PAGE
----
While individual Chinese citizens may have their own perceptions of the reality and anticipations of the future, one can easily observe the confusion and anxiety in Chinese society. After all, the reform had no blueprint, with Deng Xiaoping and his comrades trying to “cross the river by touching the stone.” The ultimate goal is not getting clearer in the reform process either. Although in hindsight the reform is market-oriented, creating a booming private economic sector and a huge middle class, and the Party has seemingly moved away from communism as witnessed in official ideological constructs like Jiang Zemin’s “three represents” and Hu Jintao’s “harmonious society,” the Party since Deng has yet to formally renounce communism, or Mao. The historical resolution actually decreed that Mao was 70% right and 30% wrong. As problems such as inequality deteriorate, Mao is regaining influence both within the society and among the elites, as reflected in Bo Xilai’s Chongqing model before the Xi era.
Though Bo Xilai has lost the political struggle, his Maoist popularity suggests that what has happened since 2013 may not simply be the “Xi Jinping effect,” but rather the result of broader socio-political trends that any new leader has to answer to. This explains why in addition to tightening up control over pro-liberal forces, China under Xi has prioritised anti-corruption and poverty alleviation. The state has also evoked the once conveniently downplayed “common prosperity” promise Deng made at the beginning of the reform, accompanied with crackdowns on certain sectors such as video gaming and afterschool tutoring as well as enhanced regulatory pressure on the wealthy, particularly the tech tycoons. Neo-Maoists generally welcome such changes, despite the fact that not all the problems are actually addressed and they themselves often become the target of state control.
However, communist nostalgia and popular nationalism do not always go hand in hand. Regarding where China is heading, for pure nationalists, the answer is simple, with national revival being their top priority regardless of how that goal is achieved. For many of them, the nation can be the new “empire” that replaces but replicates the US, extracting from the rest of the world to support itself. But for neo-Maoists, the ideal China is not an imperialist hegemon. Rather, the nation has to return to the Maoist route and become a communist power that would not only end inequality, exploitation and oppression domestically, but also ultimately spearhead the complete emancipation of the entire human race, which in a strange way echoes the official rhetoric of “community of shared destiny for mankind” that President Xi preaches. Such different visions of future China help distinguish neo-Maoists from ordinary nationalists. The fact that neo-Maoists are not simply nationalists makes them more threatening to the regime, which in turn explains why they are more closely watched and controlled by the state.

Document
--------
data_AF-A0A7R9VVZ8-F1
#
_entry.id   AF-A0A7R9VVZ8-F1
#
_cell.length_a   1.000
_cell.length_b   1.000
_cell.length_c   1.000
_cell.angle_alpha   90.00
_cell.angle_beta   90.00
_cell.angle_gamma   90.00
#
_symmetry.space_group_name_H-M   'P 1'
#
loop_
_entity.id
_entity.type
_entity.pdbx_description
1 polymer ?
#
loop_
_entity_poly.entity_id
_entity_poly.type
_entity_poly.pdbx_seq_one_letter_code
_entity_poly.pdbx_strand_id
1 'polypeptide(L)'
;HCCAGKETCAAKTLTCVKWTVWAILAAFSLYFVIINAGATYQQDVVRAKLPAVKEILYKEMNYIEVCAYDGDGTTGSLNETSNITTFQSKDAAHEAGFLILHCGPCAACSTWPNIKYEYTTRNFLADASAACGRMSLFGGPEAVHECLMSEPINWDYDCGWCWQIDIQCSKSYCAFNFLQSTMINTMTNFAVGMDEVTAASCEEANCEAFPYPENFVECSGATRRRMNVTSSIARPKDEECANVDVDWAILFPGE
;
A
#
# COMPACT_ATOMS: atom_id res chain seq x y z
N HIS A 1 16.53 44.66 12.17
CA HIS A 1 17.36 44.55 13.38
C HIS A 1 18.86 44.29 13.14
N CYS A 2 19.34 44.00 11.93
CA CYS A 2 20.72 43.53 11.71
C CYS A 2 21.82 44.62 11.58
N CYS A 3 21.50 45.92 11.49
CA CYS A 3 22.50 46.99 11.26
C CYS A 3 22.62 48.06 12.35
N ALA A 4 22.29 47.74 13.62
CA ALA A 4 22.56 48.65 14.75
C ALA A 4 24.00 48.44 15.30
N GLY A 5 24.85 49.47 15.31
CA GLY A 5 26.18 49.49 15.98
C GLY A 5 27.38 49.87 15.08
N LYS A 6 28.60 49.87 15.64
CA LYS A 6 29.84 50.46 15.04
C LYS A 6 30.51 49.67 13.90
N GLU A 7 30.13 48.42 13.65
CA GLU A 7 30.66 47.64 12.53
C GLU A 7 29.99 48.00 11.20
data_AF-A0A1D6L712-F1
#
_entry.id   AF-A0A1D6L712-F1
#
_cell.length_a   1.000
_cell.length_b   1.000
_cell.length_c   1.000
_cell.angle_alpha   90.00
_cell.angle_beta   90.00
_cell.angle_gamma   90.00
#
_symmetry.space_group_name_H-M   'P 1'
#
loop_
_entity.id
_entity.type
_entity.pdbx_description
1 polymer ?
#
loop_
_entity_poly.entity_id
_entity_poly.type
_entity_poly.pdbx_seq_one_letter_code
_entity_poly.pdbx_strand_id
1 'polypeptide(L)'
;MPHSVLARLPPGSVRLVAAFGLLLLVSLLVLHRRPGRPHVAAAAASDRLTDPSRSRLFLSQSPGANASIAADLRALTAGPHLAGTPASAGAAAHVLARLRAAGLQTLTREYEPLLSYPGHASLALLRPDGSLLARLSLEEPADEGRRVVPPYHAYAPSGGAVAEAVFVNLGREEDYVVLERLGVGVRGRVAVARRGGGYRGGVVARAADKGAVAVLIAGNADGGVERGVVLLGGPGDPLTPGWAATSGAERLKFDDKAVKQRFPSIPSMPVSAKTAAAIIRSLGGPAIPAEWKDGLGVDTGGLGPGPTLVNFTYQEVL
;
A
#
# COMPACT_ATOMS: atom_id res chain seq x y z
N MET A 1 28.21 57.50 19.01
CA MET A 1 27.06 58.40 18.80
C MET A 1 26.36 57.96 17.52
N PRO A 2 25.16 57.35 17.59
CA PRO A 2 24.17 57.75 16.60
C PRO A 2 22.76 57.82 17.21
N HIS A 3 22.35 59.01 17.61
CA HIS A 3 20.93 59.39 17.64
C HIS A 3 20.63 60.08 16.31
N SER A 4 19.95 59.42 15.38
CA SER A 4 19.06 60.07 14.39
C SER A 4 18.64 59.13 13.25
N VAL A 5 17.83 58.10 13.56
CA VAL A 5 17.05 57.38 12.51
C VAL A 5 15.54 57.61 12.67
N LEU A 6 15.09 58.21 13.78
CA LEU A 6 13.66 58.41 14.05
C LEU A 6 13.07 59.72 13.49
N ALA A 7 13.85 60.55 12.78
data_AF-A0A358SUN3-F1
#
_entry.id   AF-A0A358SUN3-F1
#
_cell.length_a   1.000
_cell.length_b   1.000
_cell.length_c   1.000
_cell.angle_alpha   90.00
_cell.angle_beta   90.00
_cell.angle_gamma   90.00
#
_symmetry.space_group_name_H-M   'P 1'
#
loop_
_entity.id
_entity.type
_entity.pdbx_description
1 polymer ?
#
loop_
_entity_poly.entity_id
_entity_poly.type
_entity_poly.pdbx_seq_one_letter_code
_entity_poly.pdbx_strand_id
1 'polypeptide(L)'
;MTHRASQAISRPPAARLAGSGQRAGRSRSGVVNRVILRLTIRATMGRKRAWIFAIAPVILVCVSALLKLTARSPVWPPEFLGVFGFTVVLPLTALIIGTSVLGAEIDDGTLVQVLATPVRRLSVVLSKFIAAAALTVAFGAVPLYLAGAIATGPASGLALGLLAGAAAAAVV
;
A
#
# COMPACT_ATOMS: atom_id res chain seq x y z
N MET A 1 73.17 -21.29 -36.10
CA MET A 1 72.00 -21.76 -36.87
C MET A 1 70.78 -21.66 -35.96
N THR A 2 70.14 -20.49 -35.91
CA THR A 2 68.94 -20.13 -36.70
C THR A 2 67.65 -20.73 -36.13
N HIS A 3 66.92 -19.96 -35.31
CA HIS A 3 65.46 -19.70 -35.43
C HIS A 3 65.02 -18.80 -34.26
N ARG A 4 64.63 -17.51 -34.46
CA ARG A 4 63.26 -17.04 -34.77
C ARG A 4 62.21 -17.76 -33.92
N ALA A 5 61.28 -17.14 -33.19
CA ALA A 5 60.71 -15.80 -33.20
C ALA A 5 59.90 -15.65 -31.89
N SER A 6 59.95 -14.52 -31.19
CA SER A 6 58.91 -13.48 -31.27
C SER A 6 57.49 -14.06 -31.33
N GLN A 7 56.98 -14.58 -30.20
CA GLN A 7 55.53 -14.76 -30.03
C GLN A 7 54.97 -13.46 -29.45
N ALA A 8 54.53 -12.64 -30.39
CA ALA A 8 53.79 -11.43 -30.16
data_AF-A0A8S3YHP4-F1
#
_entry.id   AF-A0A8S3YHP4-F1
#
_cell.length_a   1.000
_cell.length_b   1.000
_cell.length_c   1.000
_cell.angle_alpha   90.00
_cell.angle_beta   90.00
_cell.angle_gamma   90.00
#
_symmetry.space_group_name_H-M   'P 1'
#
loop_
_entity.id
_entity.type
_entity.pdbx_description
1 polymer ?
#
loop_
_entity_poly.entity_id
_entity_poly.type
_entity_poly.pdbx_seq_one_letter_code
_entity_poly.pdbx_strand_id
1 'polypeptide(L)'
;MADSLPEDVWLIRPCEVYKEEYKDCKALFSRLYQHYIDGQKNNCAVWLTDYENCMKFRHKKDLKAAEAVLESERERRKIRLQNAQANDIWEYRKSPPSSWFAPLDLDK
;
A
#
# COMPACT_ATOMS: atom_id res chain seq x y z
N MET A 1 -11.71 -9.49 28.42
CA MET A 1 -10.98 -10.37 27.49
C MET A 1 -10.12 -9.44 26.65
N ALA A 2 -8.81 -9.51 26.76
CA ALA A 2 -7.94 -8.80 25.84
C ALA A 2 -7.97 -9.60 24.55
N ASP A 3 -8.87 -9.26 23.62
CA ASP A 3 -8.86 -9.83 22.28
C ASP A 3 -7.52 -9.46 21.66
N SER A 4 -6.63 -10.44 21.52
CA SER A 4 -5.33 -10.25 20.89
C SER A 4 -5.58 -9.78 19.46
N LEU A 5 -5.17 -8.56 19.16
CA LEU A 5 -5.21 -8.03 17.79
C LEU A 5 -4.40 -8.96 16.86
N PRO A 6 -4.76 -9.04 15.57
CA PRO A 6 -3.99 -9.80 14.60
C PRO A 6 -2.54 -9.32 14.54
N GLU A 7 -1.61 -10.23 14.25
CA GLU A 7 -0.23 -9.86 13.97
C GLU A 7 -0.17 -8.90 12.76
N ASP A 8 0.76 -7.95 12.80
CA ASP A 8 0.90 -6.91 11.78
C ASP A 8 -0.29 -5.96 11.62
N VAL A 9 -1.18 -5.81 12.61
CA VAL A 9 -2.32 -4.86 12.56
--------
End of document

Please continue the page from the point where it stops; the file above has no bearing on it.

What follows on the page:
Despite the discrepancies, it is worth noting that neo-Maoists and ordinary nationalists (or Chinese citizens in general) share the common goal of national revival. From this perspective, China’s assertive foreign policy, especially toward the United States, enjoys popular support. Perceived hostile behaviour and attitudes from foreign actors (especially in cases such as Hong Kong, Xinjiang, or Taiwan) do nothing but help create the rally-round-the-flag effect, thus mitigating the communist element in the neo-Maoist movement. After all, while neo-Maoists and pure nationalists may disagree on whether China should become an imperialist hegemon or a communist power, they (and most Chinese) are certainly unwilling to accept a future in which China’s rise is interrupted.
The opinions expressed are those of the author. They do not reflect the opinions or views of ISPI.